Prenatal Programming of Obesity by Fetal Malnutrition: A Role for Leptin
- Author(s): Huang, Jennifer
- et al.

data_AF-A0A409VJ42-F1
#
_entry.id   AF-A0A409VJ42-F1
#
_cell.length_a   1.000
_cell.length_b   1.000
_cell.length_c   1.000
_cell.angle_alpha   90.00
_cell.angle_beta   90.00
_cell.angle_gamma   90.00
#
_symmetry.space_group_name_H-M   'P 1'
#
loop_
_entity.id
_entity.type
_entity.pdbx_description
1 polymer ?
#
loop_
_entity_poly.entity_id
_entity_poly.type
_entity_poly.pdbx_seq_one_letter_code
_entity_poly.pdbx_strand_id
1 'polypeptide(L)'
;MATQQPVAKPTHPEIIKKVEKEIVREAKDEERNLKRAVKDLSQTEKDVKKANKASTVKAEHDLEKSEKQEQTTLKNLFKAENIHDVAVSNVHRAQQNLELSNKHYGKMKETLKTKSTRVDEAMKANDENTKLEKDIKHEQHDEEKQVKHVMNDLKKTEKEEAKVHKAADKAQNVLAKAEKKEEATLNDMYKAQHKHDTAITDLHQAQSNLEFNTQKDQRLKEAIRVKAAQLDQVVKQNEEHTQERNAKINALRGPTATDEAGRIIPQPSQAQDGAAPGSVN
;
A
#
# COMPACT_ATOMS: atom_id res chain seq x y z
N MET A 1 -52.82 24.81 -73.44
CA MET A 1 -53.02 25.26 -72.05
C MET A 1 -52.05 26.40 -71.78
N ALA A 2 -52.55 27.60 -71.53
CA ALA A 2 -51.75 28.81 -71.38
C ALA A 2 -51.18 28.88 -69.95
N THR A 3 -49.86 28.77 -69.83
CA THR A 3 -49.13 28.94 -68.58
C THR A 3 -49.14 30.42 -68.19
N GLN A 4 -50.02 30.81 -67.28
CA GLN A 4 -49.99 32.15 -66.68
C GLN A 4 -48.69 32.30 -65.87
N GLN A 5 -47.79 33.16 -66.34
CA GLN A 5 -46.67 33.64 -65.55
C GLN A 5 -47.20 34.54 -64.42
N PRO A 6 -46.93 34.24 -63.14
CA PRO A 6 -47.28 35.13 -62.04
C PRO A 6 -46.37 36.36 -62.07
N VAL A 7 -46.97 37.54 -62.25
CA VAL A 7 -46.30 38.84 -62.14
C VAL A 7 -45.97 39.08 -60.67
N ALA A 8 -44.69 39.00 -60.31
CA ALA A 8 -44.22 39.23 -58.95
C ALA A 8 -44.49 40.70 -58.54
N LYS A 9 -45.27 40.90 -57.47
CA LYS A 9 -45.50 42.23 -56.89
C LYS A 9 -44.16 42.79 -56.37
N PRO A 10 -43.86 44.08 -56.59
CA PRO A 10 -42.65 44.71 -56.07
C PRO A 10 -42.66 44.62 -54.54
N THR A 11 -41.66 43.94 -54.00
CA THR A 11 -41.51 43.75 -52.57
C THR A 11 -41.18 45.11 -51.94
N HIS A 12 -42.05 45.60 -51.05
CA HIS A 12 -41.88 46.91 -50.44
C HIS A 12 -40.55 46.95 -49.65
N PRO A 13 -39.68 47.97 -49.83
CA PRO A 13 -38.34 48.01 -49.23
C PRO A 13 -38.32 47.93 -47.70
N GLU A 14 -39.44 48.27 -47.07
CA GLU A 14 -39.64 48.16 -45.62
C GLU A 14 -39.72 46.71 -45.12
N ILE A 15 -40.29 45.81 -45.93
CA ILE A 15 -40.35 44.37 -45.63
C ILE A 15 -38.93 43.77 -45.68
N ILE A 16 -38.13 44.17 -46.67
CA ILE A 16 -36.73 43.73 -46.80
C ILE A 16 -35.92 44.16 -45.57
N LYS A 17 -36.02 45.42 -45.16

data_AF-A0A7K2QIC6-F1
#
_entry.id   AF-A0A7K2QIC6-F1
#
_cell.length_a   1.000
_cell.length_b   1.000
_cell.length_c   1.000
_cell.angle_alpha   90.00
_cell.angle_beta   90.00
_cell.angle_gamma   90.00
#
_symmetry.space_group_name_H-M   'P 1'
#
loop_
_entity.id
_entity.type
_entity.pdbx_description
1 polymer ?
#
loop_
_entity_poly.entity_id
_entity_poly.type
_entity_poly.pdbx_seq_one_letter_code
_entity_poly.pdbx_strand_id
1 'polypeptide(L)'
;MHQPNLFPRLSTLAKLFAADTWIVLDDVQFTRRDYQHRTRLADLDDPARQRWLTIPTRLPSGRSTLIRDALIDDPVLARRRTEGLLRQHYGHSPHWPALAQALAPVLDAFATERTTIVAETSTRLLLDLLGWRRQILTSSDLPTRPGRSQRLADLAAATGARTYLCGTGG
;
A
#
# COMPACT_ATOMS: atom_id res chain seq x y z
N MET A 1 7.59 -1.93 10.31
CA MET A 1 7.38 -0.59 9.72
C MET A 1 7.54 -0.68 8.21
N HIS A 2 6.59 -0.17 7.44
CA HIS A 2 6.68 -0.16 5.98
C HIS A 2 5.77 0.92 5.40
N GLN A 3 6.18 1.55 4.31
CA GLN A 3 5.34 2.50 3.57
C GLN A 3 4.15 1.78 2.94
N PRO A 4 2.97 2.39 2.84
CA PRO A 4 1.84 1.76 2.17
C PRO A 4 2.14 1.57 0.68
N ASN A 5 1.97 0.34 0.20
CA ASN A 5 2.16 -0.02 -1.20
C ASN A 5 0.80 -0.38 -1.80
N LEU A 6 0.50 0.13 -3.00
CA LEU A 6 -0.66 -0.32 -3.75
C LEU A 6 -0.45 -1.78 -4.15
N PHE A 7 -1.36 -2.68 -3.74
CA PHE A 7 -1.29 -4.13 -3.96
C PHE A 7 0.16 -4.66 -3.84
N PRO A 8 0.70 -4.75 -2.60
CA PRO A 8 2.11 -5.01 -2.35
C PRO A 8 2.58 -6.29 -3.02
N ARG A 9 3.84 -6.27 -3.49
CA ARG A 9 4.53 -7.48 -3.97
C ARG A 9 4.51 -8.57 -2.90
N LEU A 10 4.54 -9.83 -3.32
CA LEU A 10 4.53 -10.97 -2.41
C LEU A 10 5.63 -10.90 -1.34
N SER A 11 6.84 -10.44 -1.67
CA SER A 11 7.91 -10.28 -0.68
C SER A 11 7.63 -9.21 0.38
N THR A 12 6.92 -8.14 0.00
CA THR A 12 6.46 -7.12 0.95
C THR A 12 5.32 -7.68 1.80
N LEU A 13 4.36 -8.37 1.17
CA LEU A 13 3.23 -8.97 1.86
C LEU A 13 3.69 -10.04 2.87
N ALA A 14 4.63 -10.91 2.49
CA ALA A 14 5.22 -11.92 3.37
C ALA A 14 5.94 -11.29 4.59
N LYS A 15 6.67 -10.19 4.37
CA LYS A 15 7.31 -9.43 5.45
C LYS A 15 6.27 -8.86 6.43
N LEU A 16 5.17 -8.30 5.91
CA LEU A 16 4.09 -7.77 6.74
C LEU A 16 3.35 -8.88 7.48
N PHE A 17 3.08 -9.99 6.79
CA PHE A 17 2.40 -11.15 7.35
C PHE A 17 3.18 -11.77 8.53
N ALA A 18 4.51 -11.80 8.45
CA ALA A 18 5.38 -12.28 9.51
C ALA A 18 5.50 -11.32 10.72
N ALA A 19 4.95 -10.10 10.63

With the current growing epidemic of obesity in the United States  and broad acceptance of the idea that the prenatal period may be a critical period for programming permanent changes in metabolic processes, increasing attention in the past decades has focused on the idea that intrauterine events can program adult obesity. Animal and human studies supporting a relationship between prenatal malnutrition and postnatal obesity [14,15] have spurred research elucidating mechanisms of prenatal programming of obesity. This paper reviews evidence for the role of leptin in programming of postnatal obesity by prenatal malnutrition based on published studies in animals and humans. Though human evidence is reasonably limited by the ethics of well-controlled trials studying fetal malnutrition, sufficient animal evidence exists to support several biologically-plausible mechanisms involving programming of leptin resistance at the level of the hypothalamus. Though more research is needed to provide conclusive data regarding the role of leptin in mediating the postnatal effects of prenatal malnutrition, evidence for mechanisms of prenatal programming of obesity may have widespread implications for public health and medicine in the future.